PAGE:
Our choir sang the song, “There has never been a night like this!”
It is true that this night is wonderful, beautiful, magical, because there has never been a story like the one we share tonight.
That talks of God’s glory, majesty, and love.
What is it about this story?
What is it that makes it so important to us?
Why do we write songs about it?
Why do we make up plays about it?
What draws us here tonight to hear it again?
We should admit from the start that this is a story in opposition to other stories.
Because even at the time of it’s telling there are other stories competing for attention.
Consider that nowhere is there any Roman historian who wrote about Jesus birth.
If I could put it in modern terms there were no news cameras there, no mention of it on Facebook or twitter.
It would seem on the surface of all things to be insignificant.
A baby is born, is generally not news, unless it is a baby from some famous person or royalty.
This baby is born in a unassuming way in a manger, in a little town of no real significance.
Jesus birth really does not mean anything.
But it does.
It means everything.
The story has gone on for two thousand years.
It is here tonight for us to marvel over and receive grace and hope from.
Luke’s Gospel tells us that Jesus was born in the middle of another story where an empire ruled the known world.
Jesus was born among a story of military might, and lots of petty despots.
Jesus story is counter to the popular narrative.
Jesus story tells us of poor shepherds, of angel singing “peace on earth”.
Jesus story tells us of good news for all people!
The Roman story told us there was peace because of military might.
The Roman story told us that it was good news if you were a Roman citizen.
The song that Phil sang at the start of worship tells us that Jesus was born among a troubled time.
That Jesus was born in a weary land, filled with people that wanted to kill him, filled with a counter story.
And we too live in a weary land.
I don’t know about you but I often feel weary with all the things going on in the world.
I feel weary because the story we often hear is about how horrible things are.
The story we hear is of exploitation of people and of the earth.
We hear a story of violence, hatred, and greed.
And perhaps that is why we love this story.
It is counter programming for us.
In our world that is torn apart by political dissension.
In our world where we are told that a strong military makes us safe, but we don’t feel any safer.
In world where there are nightly news reports of bad news.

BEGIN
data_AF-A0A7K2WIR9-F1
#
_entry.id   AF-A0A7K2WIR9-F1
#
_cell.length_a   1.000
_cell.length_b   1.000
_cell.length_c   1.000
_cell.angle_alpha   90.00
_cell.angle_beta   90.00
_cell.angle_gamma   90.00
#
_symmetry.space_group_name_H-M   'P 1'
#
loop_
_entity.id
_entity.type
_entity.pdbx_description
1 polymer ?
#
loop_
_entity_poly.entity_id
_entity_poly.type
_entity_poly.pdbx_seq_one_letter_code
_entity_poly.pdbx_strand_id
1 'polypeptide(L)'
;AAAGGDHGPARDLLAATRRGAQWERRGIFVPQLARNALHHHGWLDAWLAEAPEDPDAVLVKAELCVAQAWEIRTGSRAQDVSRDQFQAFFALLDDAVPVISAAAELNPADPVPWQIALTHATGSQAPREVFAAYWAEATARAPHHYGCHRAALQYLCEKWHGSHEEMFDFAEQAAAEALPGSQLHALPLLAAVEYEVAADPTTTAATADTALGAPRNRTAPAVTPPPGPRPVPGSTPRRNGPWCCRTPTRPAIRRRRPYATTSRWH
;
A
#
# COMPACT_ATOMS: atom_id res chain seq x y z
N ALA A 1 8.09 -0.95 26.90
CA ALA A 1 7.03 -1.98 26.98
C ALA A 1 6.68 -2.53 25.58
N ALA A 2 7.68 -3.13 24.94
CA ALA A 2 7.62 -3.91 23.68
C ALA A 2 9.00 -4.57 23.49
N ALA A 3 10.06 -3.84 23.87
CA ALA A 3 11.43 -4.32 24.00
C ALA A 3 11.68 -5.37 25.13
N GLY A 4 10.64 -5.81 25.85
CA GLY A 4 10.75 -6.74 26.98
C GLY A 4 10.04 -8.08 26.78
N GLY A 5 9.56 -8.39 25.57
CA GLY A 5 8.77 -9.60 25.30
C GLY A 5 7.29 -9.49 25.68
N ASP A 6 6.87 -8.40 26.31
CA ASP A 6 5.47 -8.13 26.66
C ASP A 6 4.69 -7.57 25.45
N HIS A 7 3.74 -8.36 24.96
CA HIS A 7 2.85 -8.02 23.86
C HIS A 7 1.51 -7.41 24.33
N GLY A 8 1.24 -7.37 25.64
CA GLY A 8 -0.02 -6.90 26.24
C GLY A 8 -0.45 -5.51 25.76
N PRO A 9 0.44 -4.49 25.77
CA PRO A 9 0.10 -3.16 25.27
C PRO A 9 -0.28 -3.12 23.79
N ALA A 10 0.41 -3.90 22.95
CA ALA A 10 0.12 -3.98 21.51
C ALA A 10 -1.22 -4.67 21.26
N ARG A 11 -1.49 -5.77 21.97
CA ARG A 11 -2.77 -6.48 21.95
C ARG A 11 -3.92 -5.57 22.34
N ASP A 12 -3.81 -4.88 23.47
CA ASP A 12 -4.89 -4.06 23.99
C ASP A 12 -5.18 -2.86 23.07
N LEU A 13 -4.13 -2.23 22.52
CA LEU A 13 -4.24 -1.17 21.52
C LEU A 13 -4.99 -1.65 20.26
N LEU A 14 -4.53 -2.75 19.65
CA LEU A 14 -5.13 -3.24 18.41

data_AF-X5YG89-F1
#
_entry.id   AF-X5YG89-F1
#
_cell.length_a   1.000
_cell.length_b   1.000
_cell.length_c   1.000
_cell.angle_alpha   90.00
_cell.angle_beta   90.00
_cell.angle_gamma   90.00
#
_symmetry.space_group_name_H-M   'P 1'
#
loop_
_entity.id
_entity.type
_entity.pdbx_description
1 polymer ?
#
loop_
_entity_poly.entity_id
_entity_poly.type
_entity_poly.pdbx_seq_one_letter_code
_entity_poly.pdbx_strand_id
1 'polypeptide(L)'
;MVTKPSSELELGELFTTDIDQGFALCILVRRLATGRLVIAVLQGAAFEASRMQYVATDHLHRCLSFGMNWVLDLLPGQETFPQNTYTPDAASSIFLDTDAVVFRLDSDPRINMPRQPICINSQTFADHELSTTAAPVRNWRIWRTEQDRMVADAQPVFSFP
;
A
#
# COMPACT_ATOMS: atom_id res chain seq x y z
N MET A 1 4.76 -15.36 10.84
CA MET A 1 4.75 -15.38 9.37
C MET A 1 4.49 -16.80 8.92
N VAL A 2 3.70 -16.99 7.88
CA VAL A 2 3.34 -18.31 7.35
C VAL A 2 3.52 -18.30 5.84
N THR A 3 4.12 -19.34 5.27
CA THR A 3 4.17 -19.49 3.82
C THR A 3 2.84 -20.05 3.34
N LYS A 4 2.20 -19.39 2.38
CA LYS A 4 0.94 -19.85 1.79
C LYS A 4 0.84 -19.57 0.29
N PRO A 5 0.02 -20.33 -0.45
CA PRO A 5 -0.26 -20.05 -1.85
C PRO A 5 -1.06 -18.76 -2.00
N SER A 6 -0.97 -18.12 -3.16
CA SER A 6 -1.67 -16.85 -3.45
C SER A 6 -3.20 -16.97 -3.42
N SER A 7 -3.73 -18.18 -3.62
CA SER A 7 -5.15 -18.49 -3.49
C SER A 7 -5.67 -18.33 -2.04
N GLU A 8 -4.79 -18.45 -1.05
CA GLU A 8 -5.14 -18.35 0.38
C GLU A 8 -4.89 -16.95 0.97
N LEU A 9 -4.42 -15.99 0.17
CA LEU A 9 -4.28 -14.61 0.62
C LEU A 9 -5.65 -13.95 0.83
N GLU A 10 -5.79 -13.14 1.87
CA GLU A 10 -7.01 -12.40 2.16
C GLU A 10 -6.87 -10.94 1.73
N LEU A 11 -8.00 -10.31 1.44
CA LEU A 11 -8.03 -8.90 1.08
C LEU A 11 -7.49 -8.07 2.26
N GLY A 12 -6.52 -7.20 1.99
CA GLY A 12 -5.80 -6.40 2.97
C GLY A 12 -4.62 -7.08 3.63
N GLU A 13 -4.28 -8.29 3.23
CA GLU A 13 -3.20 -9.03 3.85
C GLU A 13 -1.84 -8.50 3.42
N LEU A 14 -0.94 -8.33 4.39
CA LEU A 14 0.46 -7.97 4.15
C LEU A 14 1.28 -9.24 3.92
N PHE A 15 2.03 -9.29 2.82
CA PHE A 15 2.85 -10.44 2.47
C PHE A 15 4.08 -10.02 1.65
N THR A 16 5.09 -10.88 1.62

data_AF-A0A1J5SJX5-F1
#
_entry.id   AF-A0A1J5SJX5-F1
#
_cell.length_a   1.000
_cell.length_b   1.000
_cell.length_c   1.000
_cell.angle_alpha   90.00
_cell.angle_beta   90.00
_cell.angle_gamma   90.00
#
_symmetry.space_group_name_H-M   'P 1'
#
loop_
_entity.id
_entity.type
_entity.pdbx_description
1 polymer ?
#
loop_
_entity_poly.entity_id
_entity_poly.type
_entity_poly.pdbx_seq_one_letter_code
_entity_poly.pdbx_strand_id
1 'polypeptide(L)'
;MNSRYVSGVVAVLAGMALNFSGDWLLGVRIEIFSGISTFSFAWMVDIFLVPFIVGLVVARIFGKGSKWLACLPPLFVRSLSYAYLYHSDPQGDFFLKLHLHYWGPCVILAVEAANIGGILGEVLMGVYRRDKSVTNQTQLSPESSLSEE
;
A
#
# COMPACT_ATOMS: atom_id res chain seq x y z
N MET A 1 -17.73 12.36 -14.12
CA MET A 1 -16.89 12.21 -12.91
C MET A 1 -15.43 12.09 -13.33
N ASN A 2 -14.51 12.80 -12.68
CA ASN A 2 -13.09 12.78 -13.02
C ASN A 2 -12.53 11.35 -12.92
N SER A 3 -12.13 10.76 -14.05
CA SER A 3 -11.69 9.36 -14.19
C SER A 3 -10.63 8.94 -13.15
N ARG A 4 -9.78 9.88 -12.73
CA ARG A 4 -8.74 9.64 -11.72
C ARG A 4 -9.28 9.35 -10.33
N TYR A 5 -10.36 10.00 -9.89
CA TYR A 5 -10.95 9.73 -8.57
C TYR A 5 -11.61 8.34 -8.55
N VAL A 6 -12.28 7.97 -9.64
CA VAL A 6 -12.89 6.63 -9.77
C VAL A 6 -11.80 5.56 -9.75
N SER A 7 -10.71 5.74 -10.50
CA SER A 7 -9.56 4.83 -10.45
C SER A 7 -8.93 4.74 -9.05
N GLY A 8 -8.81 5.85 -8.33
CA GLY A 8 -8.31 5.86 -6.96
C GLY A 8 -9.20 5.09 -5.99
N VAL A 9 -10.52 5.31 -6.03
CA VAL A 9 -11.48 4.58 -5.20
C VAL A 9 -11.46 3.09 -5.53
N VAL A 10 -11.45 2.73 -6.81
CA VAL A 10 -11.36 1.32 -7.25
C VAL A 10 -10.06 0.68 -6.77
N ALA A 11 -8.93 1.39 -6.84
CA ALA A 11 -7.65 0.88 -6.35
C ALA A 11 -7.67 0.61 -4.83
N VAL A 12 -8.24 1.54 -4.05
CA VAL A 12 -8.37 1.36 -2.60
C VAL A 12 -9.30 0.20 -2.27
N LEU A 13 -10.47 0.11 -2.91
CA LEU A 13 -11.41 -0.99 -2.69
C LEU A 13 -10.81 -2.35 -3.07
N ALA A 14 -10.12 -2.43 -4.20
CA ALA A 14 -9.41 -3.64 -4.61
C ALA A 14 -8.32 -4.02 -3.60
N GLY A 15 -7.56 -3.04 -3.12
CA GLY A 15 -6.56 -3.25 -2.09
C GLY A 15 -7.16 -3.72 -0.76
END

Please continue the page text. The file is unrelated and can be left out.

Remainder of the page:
We still need a story that tells us of good news and true peace.
We need to know that in small places that no one is paying attention to, mystical, spiritual things are happening.
We need this story, and that is what keeps us going.
That is why we come to hear it.
Why we sing it.
Why we put on plays with cute kids.
I must say that I have been one for keeping the story straight.
That Luke’s telling of the story is different than Matthew’s for theological reasons.
But I am also aware that the story that most of us know is not only from Luke or Matthew it is from both.
Growing up before we could open our gifts we had to read the Christmas story.
And the story we read was a mash up of Luke and Matthew’s Gospel.
It had both shepherds and Wise men.
It had the stable and the manger.
It had angel’s appearing and the star.
I have come to see that as part of our need for this story.
It is not enough to know Luke or Matthew’s we want to understand this story from all the angels.
It is why we make up songs that are not 100% Biblically accurate, but that get at what the story is trying to tell us about our lives and what God was doing through the birth of Jesus.
Because what the birth of Jesus means is mind blowing, and quite frankly impossible to fully understand.
To think that the Lord of heaven and earth would become human is an amazing thought.
To think it would happen in this way is even more amazing.
If God was going to come to rule, why not come as a emperor?
In fact, that was the story of Rome that the Emperor was god on earth.
That people should worship the Emperor because he had conquered foreign lands.
The story we love does not make sense.
It is why many disparage it as a fairy tale.
In fact, one atheist group put up a billboard that read, “Dear Santa, all I want for Christmas is to skip church. I am too old for Fairy Tales.”
Many people they can’t understand why God would come to earth in such a way.
If God were to come to earth it would be bigger, grandeur, better known.
But all of that misses the point.
The fact that it happened in this way is the point.
God is not interested in the same story as the Roman Empire.
God is interested in the story of a savior coming to show us another kingdom of heaven filled with love and peace.
God is interested in using people like the shepherds who are not very interesting.
God is interested in using stories of the ordinary becoming extraordinary.
This is the story of the union of heaven and earth through the love act of God.
It is the story that we love and we can’t get enough.
It is the story we keep telling.
It is the story we keep re-inventing through plays, books, and song to help us understand it better.
Tonight we hear that story again.
We remember God’s extraordinary, amazing love through shepherds, two poor people, a baby born in lowly circumstances.
And we remember that the story we often hear in the media, in political speeches, on television does not have to be the only story.
There is one greater, and with deeper meaning to us.
It is the story of God’s good news for all people.
It is the story of God coming down to earth to reside with God’s people.
Let us leave here tonight as the Shepherds did after hearing this amazing unbelievable story, “glorifying and praising God for all we have heard and seen, as it has been told to us.”